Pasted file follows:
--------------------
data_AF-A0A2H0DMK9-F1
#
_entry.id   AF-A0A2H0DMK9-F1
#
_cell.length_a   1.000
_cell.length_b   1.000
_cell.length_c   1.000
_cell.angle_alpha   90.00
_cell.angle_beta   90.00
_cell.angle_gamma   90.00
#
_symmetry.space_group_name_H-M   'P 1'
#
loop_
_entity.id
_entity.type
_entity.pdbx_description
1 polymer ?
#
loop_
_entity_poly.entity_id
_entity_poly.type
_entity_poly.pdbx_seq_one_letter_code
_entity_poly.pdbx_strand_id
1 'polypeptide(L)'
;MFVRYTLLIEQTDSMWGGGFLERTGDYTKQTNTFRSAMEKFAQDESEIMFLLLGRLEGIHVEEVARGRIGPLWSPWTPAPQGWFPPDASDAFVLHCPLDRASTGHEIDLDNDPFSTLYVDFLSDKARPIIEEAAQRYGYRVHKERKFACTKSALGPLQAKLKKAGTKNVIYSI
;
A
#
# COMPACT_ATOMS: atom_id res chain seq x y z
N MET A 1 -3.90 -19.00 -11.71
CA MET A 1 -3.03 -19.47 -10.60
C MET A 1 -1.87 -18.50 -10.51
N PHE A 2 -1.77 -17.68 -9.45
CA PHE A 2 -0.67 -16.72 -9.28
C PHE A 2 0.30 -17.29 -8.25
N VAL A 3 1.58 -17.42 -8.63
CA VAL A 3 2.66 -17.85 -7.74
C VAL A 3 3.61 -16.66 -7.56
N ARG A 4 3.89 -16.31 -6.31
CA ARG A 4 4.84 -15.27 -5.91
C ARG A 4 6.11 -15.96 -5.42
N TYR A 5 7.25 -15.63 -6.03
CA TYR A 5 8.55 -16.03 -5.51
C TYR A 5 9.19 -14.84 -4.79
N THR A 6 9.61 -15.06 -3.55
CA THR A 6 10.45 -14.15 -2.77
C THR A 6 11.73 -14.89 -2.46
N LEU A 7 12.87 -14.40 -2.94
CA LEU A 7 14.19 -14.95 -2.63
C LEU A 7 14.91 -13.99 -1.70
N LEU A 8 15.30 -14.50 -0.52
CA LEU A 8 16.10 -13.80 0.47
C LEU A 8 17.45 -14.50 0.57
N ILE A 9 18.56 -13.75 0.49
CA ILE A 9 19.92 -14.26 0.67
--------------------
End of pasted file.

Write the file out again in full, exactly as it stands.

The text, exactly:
data_AF-A0A2H0DMK9-F1
#
_entry.id   AF-A0A2H0DMK9-F1
#
_cell.length_a   1.000
_cell.length_b   1.000
_cell.length_c   1.000
_cell.angle_alpha   90.00
_cell.angle_beta   90.00
_cell.angle_gamma   90.00
#
_symmetry.space_group_name_H-M   'P 1'
#
loop_
_entity.id
_entity.type
_entity.pdbx_description
1 polymer ?
#
loop_
_entity_poly.entity_id
_entity_poly.type
_entity_poly.pdbx_seq_one_letter_code
_entity_poly.pdbx_strand_id
1 'polypeptide(L)'
;MFVRYTLLIEQTDSMWGGGFLERTGDYTKQTNTFRSAMEKFAQDESEIMFLLLGRLEGIHVEEVARGRIGPLWSPWTPAPQGWFPPDASDAFVLHCPLDRASTGHEIDLDNDPFSTLYVDFLSDKARPIIEEAAQRYGYRVHKERKFACTKSALGPLQAKLKKAGTKNVIYSI
;
A
#
# COMPACT_ATOMS: atom_id res chain seq x y z
N MET A 1 -3.90 -19.00 -11.71
CA MET A 1 -3.03 -19.47 -10.60
C MET A 1 -1.87 -18.50 -10.51
N PHE A 2 -1.77 -17.68 -9.45
CA PHE A 2 -0.67 -16.72 -9.28
C PHE A 2 0.30 -17.29 -8.25
N VAL A 3 1.58 -17.42 -8.63
CA VAL A 3 2.66 -17.85 -7.74
C VAL A 3 3.61 -16.66 -7.56
N ARG A 4 3.89 -16.31 -6.31
CA ARG A 4 4.84 -15.27 -5.91
C ARG A 4 6.11 -15.96 -5.42
N TYR A 5 7.25 -15.63 -6.03
CA TYR A 5 8.55 -16.03 -5.51
C TYR A 5 9.19 -14.84 -4.79
N THR A 6 9.61 -15.06 -3.55
CA THR A 6 10.45 -14.15 -2.77
C THR A 6 11.73 -14.89 -2.46
N LEU A 7 12.87 -14.40 -2.94
CA LEU A 7 14.19 -14.95 -2.63
C LEU A 7 14.91 -13.99 -1.70
N LEU A 8 15.30 -14.50 -0.52
CA LEU A 8 16.10 -13.80 0.47
C LEU A 8 17.45 -14.50 0.57
N ILE A 9 18.56 -13.75 0.49
CA ILE A 9 19.92 -14.26 0.67